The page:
The Rating Corner

Teaching Landing Patterns Using Backward Chaining

In the USPA Coach Certification Course, candidates learn a strategy for presenting material to their students called “backward chaining.” This method involves presenting concepts from the end result, working backward step by step and then putting the concepts together as a whole. Backward chaining works particularly well for teaching landing patterns, because skydivers naturally work backward (from where they want to land) when deciding on their landing approaches. more »

Relax, Arch, Neutral

Skydiving teaches its participants to expect the unexpected. To go with the flow, we use planned spontaneity, a method of balancing intense, detailed preparation with creativity and flexibility. Just like when we need to deal with unexpected issues in our daily lives, we often must make split-second decisions when we’re skydiving, sometimes with only a partial picture of the situation. One simple technique that is easy to remember and execute and applies priorities correctly to almost every situation is RAN: relax, arch, neutral. more »

Rating Dilution

Positive reinforcement is a powerful motivator. Schoolteachers and parents capitalize on children’s inherent desire for accolades, and institutions expand on this system by rewarding achievement. Sometimes, the dangling carrot is not even financial compensation; a mere title suffices. more »

Foolish Risks

Maybe it is boredom, maybe it is ignorance of the rules and the additional danger placed on all of the participants, or maybe it’s just a case of trying to be cool and awesome. But each year, tandem manufacturers and USPA hear of tandem instructors who have violated the rules created to make tandem skydiving as safe as possible. more »

A-License Cards

USPA has offered two versions of the A-license card for more than 13 years, yet some rating holders are still confused about who can sign for the various items listed on them. The answer depends on which card you decide to use. more »


Imagine an instructor holding a bottle of water. He asks a student if he is thirsty, and the student replies, “Yes.” The instructor then pours the water into the palm of his hand and tries to hand it to the student. Of course, the water goes everywhere. more »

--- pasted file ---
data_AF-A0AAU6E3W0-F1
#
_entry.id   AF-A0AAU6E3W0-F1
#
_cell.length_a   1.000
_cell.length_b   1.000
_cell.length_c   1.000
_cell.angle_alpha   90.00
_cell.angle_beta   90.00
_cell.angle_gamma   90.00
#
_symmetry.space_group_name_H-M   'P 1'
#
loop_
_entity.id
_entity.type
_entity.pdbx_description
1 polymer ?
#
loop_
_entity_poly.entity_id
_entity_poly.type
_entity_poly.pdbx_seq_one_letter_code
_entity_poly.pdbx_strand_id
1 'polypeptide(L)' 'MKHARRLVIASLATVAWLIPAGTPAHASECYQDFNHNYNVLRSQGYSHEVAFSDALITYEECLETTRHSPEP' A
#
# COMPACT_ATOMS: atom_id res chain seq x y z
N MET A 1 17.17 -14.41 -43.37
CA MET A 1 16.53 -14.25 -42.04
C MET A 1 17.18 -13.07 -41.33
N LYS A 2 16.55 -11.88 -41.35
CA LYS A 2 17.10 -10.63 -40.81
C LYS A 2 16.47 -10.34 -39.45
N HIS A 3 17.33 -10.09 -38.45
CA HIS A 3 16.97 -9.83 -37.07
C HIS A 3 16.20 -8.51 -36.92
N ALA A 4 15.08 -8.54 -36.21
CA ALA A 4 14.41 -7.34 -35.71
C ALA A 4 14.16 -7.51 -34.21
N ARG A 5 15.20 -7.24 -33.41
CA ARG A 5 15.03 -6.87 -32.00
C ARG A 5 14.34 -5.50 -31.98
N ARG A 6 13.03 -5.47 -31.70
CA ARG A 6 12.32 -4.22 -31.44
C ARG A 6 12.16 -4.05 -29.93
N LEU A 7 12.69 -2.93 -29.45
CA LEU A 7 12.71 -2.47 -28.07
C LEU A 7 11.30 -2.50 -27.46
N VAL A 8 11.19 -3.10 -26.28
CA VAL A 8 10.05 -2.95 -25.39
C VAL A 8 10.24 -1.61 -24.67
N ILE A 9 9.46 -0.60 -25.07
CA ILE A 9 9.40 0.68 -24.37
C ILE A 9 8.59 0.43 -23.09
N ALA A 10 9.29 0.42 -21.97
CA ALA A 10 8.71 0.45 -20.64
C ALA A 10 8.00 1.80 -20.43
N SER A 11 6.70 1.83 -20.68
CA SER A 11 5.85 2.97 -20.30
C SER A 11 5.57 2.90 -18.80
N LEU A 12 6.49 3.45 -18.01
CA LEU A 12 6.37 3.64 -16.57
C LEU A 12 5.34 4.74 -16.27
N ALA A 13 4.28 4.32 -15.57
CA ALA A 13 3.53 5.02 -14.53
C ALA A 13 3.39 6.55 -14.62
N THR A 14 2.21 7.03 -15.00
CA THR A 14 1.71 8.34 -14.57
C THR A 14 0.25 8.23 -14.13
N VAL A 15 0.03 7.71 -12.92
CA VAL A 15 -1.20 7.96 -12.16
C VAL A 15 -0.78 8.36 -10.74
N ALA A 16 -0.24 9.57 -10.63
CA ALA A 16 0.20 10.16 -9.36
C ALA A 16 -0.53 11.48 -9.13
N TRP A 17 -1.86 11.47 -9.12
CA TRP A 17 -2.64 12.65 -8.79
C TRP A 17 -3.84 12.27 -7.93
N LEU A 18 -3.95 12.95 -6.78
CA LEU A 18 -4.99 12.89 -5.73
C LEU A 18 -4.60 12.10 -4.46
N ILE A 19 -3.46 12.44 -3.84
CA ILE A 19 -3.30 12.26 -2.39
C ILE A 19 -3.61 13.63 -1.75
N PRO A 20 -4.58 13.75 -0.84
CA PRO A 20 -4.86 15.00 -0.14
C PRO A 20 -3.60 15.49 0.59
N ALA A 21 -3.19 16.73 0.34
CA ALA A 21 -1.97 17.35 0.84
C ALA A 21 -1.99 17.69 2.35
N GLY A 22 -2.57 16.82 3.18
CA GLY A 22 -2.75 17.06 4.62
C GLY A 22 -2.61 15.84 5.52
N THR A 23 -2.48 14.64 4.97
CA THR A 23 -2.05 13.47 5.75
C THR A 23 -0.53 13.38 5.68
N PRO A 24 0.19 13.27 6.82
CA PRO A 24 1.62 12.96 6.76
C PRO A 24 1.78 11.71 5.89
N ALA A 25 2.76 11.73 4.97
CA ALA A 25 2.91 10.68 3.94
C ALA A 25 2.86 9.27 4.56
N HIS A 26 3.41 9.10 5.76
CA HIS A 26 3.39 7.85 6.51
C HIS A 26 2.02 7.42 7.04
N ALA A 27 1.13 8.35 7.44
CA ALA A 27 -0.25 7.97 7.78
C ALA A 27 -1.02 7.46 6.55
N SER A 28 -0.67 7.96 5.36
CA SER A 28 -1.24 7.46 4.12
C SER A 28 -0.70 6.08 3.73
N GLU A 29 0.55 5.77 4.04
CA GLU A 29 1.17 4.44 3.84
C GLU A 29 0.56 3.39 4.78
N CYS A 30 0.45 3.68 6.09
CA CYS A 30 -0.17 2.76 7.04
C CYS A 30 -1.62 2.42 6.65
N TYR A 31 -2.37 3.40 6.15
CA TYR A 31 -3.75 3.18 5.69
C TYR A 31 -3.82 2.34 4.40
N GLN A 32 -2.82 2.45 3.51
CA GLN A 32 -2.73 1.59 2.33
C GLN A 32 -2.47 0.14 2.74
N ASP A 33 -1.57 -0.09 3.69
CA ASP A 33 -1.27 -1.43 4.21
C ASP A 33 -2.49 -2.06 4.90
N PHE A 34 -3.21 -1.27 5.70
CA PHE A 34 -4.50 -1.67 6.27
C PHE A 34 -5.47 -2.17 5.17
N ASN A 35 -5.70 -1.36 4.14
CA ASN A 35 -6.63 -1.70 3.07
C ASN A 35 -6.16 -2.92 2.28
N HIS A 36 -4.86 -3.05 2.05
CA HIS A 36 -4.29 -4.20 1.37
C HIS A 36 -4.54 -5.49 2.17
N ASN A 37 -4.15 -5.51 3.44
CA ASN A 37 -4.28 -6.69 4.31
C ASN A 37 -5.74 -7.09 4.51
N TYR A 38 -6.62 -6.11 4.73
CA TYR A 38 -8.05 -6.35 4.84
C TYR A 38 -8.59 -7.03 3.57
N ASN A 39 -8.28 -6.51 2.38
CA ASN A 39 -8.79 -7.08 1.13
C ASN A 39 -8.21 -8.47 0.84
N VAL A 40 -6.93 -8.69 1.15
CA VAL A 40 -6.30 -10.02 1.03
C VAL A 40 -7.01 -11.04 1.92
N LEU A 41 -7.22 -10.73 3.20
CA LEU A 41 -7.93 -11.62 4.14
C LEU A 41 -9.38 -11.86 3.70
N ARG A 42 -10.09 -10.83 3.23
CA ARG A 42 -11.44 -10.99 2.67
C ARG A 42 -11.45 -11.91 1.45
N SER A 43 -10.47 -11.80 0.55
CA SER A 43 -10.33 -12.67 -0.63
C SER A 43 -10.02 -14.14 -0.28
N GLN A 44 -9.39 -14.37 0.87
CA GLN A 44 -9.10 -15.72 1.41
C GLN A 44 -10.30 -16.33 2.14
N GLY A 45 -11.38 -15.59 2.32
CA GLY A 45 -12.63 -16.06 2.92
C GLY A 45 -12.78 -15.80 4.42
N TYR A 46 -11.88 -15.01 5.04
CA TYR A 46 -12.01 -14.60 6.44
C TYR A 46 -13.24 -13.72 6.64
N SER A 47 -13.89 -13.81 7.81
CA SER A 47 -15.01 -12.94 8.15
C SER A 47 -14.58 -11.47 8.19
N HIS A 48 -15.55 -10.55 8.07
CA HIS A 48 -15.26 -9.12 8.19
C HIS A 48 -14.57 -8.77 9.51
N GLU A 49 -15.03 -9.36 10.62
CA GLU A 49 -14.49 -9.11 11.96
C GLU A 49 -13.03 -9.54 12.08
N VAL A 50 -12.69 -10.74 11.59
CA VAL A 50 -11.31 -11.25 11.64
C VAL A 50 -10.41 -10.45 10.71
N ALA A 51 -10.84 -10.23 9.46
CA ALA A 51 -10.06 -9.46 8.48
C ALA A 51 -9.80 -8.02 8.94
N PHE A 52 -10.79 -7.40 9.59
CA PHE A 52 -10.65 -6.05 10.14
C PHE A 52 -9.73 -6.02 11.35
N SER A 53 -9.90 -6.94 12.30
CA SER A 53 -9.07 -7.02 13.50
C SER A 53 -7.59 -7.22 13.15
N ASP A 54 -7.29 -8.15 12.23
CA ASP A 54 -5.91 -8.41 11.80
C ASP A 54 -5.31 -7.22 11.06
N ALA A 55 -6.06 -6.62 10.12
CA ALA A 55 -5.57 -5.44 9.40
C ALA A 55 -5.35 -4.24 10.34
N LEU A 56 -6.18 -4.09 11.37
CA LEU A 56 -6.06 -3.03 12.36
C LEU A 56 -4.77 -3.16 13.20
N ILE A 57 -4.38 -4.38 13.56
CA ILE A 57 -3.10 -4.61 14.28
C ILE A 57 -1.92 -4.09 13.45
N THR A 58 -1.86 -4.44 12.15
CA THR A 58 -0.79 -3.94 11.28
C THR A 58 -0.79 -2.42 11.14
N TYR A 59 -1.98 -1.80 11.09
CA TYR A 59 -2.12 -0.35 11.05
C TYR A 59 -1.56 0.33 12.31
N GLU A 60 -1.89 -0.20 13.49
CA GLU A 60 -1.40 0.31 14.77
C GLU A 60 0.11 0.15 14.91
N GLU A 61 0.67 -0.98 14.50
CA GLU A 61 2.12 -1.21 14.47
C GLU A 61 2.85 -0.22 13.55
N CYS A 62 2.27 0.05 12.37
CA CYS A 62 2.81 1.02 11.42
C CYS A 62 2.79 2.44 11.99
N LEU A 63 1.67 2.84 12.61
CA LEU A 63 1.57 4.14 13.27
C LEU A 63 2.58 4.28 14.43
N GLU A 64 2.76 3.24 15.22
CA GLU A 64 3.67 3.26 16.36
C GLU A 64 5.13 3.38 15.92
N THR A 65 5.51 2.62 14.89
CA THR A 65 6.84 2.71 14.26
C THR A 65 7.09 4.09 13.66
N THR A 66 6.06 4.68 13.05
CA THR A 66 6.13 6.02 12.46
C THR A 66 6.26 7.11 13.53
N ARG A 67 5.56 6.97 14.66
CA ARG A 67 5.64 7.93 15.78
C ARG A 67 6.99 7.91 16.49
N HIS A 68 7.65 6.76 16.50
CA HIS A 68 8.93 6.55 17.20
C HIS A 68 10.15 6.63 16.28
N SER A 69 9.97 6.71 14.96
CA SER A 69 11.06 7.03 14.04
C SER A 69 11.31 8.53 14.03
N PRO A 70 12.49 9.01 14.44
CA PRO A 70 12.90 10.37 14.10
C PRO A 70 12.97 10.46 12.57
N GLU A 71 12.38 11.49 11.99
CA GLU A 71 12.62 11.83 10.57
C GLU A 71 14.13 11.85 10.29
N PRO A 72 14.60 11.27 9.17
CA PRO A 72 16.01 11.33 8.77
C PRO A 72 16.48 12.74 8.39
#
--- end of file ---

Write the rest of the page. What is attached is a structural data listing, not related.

How to Make a PB&J

News flash: Being an eloquent communicator is not a prerequisite for being an excellent coach or instructor! In fact, the biggest mistake instructional rating holders make is equating teaching with talking. While having a solid body of knowledge is imperative, giving all of it to the student at once is like offering him a drink from a fire hose. Instead, you should reach, not teach. In other words, you should have a specific goal in mind for your students to achieve during any cognitive or psychomotor lesson and then help them get there. Instead of thinking of your lesson plans as topics, think of the specific actions students should eventually be able to show you. Start with the end. That is, instead of saying, “Today we’re going to talk about malfunctions,” try something like, “By the end of this session, you will show me at least three times how to properly perform canopy emergency procedures.” more »

The 2013 AFF Standardization Meeting

It’s a safe bet that on March 30, there was not a single AFF Instructor Rating Course being conducted anywhere in the world. That’s because every current AFF Instructor Examiner was in the same room in Daytona Beach, Florida, attending the biennial AFF Standardization Meeting. Members of this dedicated group traveled to the meeting from Asia, Europe, the Middle East, South America and all parts of the U.S., including one examiner who drove 50 hours almost non-stop from Arizona to make it on time. more »

Treating Tandem Students Like Students

For a tandem instructor, the day can get pretty busy (and even a little monotonous) when there are lots of students waiting to jump. However, the key word here is “student.” Each person gets to have only one first skydive, and the focus of that skydive must be the student’s experience, from start to finish. Tandem skydiving is a student training discipline, with Federal Aviation Administration requirements that instructors must meet with every student. Federal Aviation Regulation 105.45 states the following: more »

New Instructors

Earning an instructional rating in any discipline is always a great accomplishment. A jumper who proves that he has the teaching ability and air skills necessary to pass the certification course and work with students has already exhibited hard work and commitment. However, the jumper should really consider achieving the rating as just the starting point. more »